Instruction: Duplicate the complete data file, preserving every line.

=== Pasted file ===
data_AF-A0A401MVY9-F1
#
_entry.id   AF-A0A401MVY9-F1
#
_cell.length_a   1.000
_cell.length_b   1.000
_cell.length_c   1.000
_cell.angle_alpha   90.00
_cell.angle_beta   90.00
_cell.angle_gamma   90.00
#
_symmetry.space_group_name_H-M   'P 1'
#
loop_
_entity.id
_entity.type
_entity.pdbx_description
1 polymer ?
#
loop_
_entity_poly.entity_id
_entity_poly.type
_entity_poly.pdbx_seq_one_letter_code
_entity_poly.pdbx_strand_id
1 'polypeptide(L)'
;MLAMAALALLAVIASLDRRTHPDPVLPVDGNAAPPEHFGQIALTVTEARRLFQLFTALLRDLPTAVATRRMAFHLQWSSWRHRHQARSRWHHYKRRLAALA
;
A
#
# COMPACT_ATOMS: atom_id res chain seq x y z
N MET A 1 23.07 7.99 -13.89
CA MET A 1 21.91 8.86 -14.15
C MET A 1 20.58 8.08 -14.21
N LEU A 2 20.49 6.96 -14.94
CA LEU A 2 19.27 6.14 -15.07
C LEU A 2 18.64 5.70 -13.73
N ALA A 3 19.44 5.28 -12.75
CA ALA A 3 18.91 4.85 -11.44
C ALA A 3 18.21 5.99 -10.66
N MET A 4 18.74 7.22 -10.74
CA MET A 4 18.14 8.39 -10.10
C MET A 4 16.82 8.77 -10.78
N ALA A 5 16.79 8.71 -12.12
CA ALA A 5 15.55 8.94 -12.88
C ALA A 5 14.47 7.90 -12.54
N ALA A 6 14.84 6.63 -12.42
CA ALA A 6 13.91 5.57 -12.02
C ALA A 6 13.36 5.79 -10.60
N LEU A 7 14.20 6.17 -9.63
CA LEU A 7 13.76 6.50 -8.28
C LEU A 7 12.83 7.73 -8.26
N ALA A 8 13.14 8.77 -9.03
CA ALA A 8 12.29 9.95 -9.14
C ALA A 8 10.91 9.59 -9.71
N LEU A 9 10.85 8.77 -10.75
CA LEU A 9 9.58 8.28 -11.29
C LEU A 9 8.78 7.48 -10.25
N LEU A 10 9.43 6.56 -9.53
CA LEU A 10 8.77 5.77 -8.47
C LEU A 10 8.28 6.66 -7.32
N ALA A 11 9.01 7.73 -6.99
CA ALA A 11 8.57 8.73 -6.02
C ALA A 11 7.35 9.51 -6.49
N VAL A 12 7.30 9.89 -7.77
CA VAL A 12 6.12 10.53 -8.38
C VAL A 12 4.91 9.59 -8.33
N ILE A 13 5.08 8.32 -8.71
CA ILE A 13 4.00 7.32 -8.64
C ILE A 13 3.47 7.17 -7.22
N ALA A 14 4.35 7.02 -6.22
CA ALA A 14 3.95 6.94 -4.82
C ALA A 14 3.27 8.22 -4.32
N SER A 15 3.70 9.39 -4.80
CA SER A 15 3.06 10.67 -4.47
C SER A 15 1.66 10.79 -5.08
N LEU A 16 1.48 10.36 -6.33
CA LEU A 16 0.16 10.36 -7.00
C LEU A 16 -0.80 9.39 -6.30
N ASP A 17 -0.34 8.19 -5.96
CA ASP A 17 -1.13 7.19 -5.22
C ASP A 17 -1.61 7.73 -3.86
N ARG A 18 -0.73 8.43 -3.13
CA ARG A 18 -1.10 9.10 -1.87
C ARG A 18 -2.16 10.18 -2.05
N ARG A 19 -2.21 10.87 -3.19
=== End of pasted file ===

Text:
data_AF-A0A401MVY9-F1
#
_entry.id   AF-A0A401MVY9-F1
#
_cell.length_a   1.000
_cell.length_b   1.000
_cell.length_c   1.000
_cell.angle_alpha   90.00
_cell.angle_beta   90.00
_cell.angle_gamma   90.00
#
_symmetry.space_group_name_H-M   'P 1'
#
loop_
_entity.id
_entity.type
_entity.pdbx_description
1 polymer ?
#
loop_
_entity_poly.entity_id
_entity_poly.type
_entity_poly.pdbx_seq_one_letter_code
_entity_poly.pdbx_strand_id
1 'polypeptide(L)'
;MLAMAALALLAVIASLDRRTHPDPVLPVDGNAAPPEHFGQIALTVTEARRLFQLFTALLRDLPTAVATRRMAFHLQWSSWRHRHQARSRWHHYKRRLAALA
;
A
#
# COMPACT_ATOMS: atom_id res chain seq x y z
N MET A 1 23.07 7.99 -13.89
CA MET A 1 21.91 8.86 -14.15
C MET A 1 20.58 8.08 -14.21
N LEU A 2 20.49 6.96 -14.94
CA LEU A 2 19.27 6.14 -15.07
C LEU A 2 18.64 5.70 -13.73
N ALA A 3 19.44 5.28 -12.75
CA ALA A 3 18.91 4.85 -11.44
C ALA A 3 18.21 5.99 -10.66
N MET A 4 18.74 7.22 -10.74
CA MET A 4 18.14 8.39 -10.10
C MET A 4 16.82 8.77 -10.78
N ALA A 5 16.79 8.71 -12.12
CA ALA A 5 15.55 8.94 -12.88
C ALA A 5 14.47 7.90 -12.54
N ALA A 6 14.84 6.63 -12.42
CA ALA A 6 13.91 5.57 -12.02
C ALA A 6 13.36 5.79 -10.60
N LEU A 7 14.20 6.17 -9.63
CA LEU A 7 13.76 6.50 -8.28
C LEU A 7 12.83 7.73 -8.26
N ALA A 8 13.14 8.77 -9.03
CA ALA A 8 12.29 9.95 -9.14
C ALA A 8 10.91 9.59 -9.71
N LEU A 9 10.85 8.77 -10.75
CA LEU A 9 9.58 8.28 -11.29
C LEU A 9 8.78 7.48 -10.25
N LEU A 10 9.43 6.56 -9.53
CA LEU A 10 8.77 5.77 -8.47
C LEU A 10 8.28 6.66 -7.32
N ALA A 11 9.01 7.73 -6.99
CA ALA A 11 8.57 8.73 -6.02
C ALA A 11 7.35 9.51 -6.49
N VAL A 12 7.30 9.89 -7.77
CA VAL A 12 6.12 10.53 -8.38
C VAL A 12 4.91 9.59 -8.33
N ILE A 13 5.08 8.32 -8.71
CA ILE A 13 4.00 7.32 -8.64
C ILE A 13 3.47 7.17 -7.22
N ALA A 14 4.35 7.02 -6.22
CA ALA A 14 3.95 6.94 -4.82
C ALA A 14 3.27 8.22 -4.32
N SER A 15 3.70 9.39 -4.80
CA SER A 15 3.06 10.67 -4.47
C SER A 15 1.66 10.79 -5.08
N LEU A 16 1.48 10.36 -6.33
CA LEU A 16 0.16 10.36 -7.00
C LEU A 16 -0.80 9.39 -6.30
N ASP A 17 -0.34 8.19 -5.96
CA ASP A 17 -1.13 7.19 -5.22
C ASP A 17 -1.61 7.73 -3.86
N ARG A 18 -0.73 8.43 -3.13
CA ARG A 18 -1.10 9.10 -1.87
C ARG A 18 -2.16 10.18 -2.05
N ARG A 19 -2.21 10.87 -3.19